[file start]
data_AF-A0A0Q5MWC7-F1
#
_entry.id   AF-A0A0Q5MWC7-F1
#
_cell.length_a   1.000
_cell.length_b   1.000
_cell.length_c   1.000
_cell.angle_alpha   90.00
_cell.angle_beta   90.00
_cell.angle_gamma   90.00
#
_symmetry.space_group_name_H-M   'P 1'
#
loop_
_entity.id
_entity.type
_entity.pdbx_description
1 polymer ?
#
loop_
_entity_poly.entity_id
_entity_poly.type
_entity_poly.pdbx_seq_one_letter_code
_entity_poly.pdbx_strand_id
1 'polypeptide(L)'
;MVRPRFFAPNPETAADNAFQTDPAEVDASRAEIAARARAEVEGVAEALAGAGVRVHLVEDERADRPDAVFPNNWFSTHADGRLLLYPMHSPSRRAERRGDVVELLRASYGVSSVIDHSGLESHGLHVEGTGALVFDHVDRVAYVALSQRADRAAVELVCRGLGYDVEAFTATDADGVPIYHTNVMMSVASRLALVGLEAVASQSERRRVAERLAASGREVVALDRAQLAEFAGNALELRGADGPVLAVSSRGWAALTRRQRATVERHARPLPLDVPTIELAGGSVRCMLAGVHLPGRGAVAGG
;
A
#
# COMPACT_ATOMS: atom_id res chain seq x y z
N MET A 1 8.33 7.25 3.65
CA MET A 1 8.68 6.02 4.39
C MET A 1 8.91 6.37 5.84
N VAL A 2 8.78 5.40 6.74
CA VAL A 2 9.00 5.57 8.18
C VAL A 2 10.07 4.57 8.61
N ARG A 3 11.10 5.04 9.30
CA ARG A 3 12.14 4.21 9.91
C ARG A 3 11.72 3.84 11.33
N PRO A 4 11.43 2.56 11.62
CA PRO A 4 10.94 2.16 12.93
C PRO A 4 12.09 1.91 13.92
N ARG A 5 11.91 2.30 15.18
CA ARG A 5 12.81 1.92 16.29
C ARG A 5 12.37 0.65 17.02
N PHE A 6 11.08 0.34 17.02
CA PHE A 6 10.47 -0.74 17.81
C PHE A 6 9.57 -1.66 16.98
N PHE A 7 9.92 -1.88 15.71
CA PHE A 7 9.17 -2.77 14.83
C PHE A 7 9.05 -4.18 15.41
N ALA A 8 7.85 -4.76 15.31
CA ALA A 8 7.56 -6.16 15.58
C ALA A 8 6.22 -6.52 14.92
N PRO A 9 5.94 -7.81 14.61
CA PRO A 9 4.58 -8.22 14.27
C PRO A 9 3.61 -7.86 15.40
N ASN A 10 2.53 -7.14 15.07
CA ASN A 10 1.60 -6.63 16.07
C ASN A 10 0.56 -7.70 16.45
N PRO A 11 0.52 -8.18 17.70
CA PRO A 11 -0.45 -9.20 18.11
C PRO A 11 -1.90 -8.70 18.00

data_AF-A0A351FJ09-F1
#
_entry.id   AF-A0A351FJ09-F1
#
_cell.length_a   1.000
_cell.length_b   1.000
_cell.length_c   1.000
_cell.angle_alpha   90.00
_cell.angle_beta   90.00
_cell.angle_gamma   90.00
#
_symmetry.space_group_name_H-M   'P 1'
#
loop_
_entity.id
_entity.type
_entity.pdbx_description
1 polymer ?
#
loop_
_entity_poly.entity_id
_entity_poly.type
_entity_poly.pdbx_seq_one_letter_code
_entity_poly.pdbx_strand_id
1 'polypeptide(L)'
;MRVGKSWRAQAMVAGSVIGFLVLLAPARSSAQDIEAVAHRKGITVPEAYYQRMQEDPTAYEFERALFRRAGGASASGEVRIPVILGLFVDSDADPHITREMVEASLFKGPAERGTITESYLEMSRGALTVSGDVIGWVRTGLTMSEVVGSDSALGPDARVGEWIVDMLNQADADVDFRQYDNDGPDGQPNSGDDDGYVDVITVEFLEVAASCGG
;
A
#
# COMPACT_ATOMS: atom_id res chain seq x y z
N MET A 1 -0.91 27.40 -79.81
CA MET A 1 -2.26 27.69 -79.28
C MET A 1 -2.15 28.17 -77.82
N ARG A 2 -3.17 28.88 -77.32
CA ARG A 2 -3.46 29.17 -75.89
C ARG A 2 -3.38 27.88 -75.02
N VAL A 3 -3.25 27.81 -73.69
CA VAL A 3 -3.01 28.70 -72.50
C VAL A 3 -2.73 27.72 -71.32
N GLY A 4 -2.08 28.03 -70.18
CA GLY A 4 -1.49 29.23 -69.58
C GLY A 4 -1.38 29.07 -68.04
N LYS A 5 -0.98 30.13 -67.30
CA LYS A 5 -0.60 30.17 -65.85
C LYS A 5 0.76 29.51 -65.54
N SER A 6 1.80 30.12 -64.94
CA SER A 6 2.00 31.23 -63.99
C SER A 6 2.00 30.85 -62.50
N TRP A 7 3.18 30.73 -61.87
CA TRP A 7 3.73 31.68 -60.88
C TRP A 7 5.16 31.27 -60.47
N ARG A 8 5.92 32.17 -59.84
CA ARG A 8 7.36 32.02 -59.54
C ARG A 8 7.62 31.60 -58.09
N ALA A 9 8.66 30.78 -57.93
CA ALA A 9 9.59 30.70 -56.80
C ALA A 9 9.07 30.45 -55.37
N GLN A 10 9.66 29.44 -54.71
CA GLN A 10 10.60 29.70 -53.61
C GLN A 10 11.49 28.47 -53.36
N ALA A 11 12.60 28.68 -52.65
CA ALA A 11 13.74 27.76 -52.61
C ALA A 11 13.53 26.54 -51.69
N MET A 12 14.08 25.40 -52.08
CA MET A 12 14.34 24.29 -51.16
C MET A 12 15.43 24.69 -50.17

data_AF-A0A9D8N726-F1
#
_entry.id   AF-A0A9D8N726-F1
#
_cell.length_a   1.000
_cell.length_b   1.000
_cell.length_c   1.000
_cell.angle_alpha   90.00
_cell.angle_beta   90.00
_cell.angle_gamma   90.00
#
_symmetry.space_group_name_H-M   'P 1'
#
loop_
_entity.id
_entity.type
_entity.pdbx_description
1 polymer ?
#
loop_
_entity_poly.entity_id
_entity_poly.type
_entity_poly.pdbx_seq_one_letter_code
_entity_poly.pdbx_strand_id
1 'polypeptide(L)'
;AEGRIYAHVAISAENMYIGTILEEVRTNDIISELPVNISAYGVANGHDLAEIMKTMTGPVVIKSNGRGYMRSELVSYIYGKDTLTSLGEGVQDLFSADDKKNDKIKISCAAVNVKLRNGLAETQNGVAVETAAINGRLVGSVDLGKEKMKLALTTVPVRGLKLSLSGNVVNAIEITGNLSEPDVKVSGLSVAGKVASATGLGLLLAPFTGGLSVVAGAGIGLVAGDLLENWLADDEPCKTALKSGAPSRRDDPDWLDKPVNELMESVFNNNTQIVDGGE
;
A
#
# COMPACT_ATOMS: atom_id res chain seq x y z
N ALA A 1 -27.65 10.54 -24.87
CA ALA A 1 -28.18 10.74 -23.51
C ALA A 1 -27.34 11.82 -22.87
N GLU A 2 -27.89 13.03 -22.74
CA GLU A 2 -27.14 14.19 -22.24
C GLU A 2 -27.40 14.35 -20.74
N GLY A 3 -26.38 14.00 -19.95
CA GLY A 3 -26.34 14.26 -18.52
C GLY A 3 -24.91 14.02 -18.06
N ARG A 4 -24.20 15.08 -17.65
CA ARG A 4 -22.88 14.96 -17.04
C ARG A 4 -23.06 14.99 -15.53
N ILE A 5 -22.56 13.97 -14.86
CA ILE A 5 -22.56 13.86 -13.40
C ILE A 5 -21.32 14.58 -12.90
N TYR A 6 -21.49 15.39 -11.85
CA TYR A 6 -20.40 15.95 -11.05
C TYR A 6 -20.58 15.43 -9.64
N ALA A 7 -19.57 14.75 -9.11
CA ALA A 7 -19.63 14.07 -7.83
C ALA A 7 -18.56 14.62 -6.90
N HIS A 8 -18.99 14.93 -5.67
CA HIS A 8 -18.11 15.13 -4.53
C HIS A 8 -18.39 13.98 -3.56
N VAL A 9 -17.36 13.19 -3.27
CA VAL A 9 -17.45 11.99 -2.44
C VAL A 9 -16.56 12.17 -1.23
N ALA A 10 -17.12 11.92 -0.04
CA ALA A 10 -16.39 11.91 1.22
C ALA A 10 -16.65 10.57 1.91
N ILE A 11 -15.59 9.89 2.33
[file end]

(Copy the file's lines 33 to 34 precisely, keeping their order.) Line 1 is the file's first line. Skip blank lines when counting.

C MET A 1 8.91 6.37 5.84
N VAL A 2 8.78 5.40 6.74